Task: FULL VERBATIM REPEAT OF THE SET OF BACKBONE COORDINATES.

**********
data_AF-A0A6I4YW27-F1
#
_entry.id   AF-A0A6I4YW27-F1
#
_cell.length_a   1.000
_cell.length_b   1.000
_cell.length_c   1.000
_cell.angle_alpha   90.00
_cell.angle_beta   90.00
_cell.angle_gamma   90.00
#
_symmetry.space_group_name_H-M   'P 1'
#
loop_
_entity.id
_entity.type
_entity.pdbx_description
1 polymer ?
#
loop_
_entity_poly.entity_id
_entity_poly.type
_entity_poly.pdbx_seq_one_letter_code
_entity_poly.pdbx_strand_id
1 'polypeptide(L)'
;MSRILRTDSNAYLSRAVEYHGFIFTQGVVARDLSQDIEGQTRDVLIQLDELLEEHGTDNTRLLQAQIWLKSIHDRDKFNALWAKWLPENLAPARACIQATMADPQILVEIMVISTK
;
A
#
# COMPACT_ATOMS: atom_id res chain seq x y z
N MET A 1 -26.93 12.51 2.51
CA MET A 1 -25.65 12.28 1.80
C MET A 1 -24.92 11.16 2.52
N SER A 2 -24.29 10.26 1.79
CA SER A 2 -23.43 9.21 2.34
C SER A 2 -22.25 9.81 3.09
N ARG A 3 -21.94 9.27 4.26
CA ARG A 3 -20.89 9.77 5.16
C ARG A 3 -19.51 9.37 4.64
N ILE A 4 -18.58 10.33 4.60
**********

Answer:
data_AF-A0A6I4YW27-F1
#
_entry.id   AF-A0A6I4YW27-F1
#
_cell.length_a   1.000
_cell.length_b   1.000
_cell.length_c   1.000
_cell.angle_alpha   90.00
_cell.angle_beta   90.00
_cell.angle_gamma   90.00
#
_symmetry.space_group_name_H-M   'P 1'
#
loop_
_entity.id
_entity.type
_entity.pdbx_description
1 polymer ?
#
loop_
_entity_poly.entity_id
_entity_poly.type
_entity_poly.pdbx_seq_one_letter_code
_entity_poly.pdbx_strand_id
1 'polypeptide(L)'
;MSRILRTDSNAYLSRAVEYHGFIFTQGVVARDLSQDIEGQTRDVLIQLDELLEEHGTDNTRLLQAQIWLKSIHDRDKFNALWAKWLPENLAPARACIQATMADPQILVEIMVISTK
;
A
#
# COMPACT_ATOMS: atom_id res chain seq x y z
N MET A 1 -26.93 12.51 2.51
CA MET A 1 -25.65 12.28 1.80
C MET A 1 -24.92 11.16 2.52
N SER A 2 -24.29 10.26 1.79
CA SER A 2 -23.43 9.21 2.34
C SER A 2 -22.25 9.81 3.09
N ARG A 3 -21.94 9.27 4.26
CA ARG A 3 -20.89 9.77 5.16
C ARG A 3 -19.51 9.37 4.64
N ILE A 4 -18.58 10.33 4.60